While stretch marks are commonly associated with pregnancy, the persistence of skin lesions causes significant embarrassment to pregnant women and pregnant individuals, which, according to a new study, can negatively impact pregnancy and their quality of life.
Michigan Medicine researchers surveyed more than 100 pregnant patients with stretch marks considering childbirth at Von Voigtlander Women’s Hospital. Nearly 75% of participants said they had moderately or significantly noticeable stretch marks, and more than a third said they felt “a lot” or “moderately” embarrassed about the lesions.
Women were very concerned about the persistence of lesions, which are often associated with negative feelings and self-consciousness. The women who said they felt embarrassed were also more likely to report the lesions affecting other areas of their lives such as social activities, self-esteem and clothing choices. “
Frank Wang, MD, senior author of the article, and William B. Taylor Endowed Professor of Clinical Dermatology at Michigan Medicine
Wang began examining striae gravidarum, or stretch marks, about 15 years ago. He and his team searched for the molecular mechanisms that cause the lesions and found that they exhibit significant changes in collagen and elastic fibers, components of the skin that are responsible for firmness and elasticity.
For reasons his team is still investigating, these skin components are damaged and never completely regress, resulting in permanent lesions. This unsolved problem was a major concern of 75% of pregnant women interviewed for the study published in the International Journal of Women’s Dermatology.
“While there are some ways to reduce intense redness or texture from stretch marks, there is very little scientific evidence that any intervention completely prevents or treats lesions,” said Wang. “None of these procedures completely erase stretch marks and they can be very expensive.”
Stretch marks and the concerns about developing them can contribute to depression or anxiety in the perinatal period, which affects up to one in seven women during pregnancy and after childbirth, says Megan Lawlor, MD, co-author of the article and assistant professor of obstetrics and Gynecology in the Department of Maternal Fetal Medicine at Washington University in St. Louis.
“If left uncontrolled or untreated, perinatal depression can lead to poor pregnancy or neonatal outcomes,” Lawlor said. “Bringing attention to the emotional and psychological effects of stretch marks on patients can hopefully help identify and treat mental disorders during pregnancy and pregnancy in the postpartum period. “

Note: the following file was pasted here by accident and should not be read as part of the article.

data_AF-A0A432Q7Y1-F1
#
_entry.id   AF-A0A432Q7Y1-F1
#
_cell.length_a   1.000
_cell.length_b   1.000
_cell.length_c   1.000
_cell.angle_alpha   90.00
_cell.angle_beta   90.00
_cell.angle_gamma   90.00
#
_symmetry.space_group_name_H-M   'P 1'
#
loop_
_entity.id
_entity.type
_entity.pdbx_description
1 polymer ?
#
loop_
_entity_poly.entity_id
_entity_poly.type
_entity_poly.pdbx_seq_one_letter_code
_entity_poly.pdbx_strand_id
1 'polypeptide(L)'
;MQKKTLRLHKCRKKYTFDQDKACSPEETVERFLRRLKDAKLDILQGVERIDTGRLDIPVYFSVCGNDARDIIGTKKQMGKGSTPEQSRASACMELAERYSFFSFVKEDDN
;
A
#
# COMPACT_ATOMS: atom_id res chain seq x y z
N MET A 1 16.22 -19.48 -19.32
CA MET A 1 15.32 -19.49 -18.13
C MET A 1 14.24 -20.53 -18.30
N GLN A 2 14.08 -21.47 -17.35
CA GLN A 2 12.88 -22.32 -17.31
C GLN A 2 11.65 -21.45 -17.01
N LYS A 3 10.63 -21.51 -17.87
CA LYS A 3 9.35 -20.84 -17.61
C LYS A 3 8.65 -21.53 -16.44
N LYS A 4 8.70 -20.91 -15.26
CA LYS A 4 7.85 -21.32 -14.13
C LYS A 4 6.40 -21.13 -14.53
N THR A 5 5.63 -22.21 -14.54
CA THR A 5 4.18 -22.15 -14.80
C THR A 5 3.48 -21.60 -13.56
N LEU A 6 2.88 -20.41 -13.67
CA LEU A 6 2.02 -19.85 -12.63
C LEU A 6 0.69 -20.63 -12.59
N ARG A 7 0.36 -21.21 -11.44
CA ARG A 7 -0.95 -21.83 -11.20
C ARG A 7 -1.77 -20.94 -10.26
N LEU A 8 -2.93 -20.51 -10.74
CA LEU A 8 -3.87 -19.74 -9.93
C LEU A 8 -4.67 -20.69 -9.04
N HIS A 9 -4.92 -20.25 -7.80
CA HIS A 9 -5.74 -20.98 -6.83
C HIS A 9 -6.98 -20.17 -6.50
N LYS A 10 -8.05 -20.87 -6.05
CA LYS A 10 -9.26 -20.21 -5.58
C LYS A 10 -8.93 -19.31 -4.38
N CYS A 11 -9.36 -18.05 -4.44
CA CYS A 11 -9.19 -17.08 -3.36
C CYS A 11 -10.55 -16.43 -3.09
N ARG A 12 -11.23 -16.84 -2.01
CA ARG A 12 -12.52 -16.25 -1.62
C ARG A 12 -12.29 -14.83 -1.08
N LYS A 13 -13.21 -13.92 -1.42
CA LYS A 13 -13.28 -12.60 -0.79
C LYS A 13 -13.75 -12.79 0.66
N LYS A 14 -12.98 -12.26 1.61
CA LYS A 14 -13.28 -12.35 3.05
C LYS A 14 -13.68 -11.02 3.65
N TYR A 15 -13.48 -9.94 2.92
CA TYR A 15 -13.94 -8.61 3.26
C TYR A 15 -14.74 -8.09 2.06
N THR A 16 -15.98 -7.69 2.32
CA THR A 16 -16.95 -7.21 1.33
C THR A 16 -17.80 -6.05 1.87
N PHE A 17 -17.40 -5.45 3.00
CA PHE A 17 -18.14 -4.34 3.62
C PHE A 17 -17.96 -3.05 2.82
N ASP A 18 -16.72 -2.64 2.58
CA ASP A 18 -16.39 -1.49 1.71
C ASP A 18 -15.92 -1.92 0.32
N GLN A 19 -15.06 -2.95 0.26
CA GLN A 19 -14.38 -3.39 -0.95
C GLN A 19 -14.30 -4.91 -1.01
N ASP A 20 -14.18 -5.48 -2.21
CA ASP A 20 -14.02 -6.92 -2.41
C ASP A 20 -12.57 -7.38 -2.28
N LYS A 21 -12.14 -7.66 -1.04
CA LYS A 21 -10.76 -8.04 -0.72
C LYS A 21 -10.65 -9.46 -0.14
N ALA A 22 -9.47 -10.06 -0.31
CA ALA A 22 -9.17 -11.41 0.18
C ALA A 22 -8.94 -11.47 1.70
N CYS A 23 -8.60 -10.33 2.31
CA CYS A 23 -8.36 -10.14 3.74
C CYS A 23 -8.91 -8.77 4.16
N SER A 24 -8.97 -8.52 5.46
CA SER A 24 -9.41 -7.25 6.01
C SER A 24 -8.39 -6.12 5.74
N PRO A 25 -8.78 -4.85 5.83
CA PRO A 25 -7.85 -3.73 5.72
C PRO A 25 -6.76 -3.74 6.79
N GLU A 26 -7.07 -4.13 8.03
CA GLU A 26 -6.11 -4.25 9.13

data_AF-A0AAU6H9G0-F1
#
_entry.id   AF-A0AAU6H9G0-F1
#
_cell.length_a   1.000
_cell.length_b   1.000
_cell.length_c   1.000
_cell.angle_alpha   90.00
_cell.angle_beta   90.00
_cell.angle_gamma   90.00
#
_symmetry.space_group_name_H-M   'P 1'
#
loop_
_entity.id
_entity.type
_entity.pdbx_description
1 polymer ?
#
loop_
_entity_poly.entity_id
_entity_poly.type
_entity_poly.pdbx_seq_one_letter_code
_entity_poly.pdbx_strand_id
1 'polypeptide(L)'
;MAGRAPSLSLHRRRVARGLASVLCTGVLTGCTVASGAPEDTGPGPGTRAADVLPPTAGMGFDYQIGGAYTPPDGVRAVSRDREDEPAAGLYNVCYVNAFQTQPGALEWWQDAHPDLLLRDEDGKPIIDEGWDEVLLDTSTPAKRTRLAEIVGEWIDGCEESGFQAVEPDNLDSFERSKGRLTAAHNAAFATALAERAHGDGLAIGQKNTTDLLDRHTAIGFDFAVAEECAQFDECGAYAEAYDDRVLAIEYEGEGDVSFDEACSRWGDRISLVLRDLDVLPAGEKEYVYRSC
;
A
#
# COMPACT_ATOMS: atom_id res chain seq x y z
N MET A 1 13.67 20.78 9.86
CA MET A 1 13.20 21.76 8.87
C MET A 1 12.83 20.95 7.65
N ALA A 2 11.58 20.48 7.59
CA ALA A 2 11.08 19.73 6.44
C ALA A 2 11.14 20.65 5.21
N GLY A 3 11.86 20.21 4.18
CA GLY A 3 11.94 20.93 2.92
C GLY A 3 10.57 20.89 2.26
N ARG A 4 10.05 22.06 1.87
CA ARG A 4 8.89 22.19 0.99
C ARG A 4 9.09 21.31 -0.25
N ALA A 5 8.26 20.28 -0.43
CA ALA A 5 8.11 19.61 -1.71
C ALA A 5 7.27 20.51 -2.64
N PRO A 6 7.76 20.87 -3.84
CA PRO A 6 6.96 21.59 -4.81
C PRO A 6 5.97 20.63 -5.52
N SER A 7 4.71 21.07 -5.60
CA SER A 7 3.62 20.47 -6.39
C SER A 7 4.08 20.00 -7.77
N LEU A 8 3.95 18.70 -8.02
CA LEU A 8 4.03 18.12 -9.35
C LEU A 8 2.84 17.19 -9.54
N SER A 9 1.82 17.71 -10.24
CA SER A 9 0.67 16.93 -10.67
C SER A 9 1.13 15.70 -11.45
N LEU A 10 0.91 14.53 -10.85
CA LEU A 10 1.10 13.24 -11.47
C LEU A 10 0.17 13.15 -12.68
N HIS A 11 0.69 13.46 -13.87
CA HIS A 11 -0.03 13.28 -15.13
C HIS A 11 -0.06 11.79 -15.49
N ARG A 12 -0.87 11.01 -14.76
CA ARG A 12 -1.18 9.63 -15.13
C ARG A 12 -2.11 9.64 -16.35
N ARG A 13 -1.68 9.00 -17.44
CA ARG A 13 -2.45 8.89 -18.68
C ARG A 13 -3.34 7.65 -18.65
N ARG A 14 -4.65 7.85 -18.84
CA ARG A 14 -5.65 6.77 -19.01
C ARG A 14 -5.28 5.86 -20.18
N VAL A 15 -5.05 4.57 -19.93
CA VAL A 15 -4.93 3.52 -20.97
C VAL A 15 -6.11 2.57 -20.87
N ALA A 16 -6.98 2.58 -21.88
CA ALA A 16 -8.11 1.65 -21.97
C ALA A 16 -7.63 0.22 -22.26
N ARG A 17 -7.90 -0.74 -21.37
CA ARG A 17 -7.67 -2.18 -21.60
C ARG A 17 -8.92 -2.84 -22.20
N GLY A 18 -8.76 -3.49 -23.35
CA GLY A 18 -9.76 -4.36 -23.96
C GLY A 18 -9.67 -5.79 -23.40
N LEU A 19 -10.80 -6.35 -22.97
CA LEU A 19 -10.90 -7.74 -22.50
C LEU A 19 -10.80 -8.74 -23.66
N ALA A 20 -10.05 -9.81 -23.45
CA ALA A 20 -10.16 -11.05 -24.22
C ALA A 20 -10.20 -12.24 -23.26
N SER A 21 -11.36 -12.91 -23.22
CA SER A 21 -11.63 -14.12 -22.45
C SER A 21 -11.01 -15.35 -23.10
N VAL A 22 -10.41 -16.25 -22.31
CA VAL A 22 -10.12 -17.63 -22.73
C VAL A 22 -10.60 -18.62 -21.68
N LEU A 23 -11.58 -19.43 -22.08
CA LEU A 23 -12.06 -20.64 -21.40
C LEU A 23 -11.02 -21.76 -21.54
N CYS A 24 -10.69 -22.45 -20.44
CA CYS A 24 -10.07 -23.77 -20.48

For years, stretch marks have been an avoidance issue that many women try to hide, says Timothy Johnson, MD, co-author of the article and Arthur F. Thurnau Professor of Obstetrics and Gynecology at Michigan Medicine.
“Pregnant women talk to me about stretch marks at the clinic every week, and it’s time to break the stigma and speak openly about them with all patients,” said Johnson. “Many of the women said that the stretch marks caused similar or more emotional distress than other skin problems such as acne, eczema and psoriasis. This study gives us the opportunity to normalize stretch marks associated with all other dermatological conditions.”
Wang continues to study stretch marks at the molecular level and is currently enrolling participants in a study examining how the earliest stretch marks develop. The study includes skin biopsies taken as soon as they form during pregnancy. Wang said the current paper on the emotional effects of stretch marks is evidence that his continued research is vital for many patients and will further motivate his team to find answers.
“This is an issue that is very important to many pregnant people and that should show future research sponsors that it is worth investing resources,” he said. “Our hope is that by registering enough participants, we can generate precision data that can be translated into rational therapies that prevent or effectively treat stretch marks.”
In the meantime, doctors need to carefully question parents about their individual physical and mental health issues when assessing their wellbeing, as parents are less likely to express spontaneous concerns that are associated with feelings of shame or embarrassment, says Samantha Shaw, MD, clinical instructor and perinatal psychiatrist Michigan Medicine.
“In our diagnosis and treatment, we tend to have a strong focus on the challenges they face in caring for and bonding the child,” Shaw said. “We need to support pregnant parents and ask how their bodies have gone through the process of pregnancy, labor, and delivery so that we don’t miss important pieces of history and important goals of their treatment.”
Michigan Medicine – University of Michigan
Karhade, K., et al. (2021) Negative Perceptions and Emotional Effects of Striae Gravidarum in Pregnant Women: Emotional Effects of Striae Gravidarum. International Journal of Women’s Dermatology. doi.org/10.1016/j.ijwd.2021.10.015.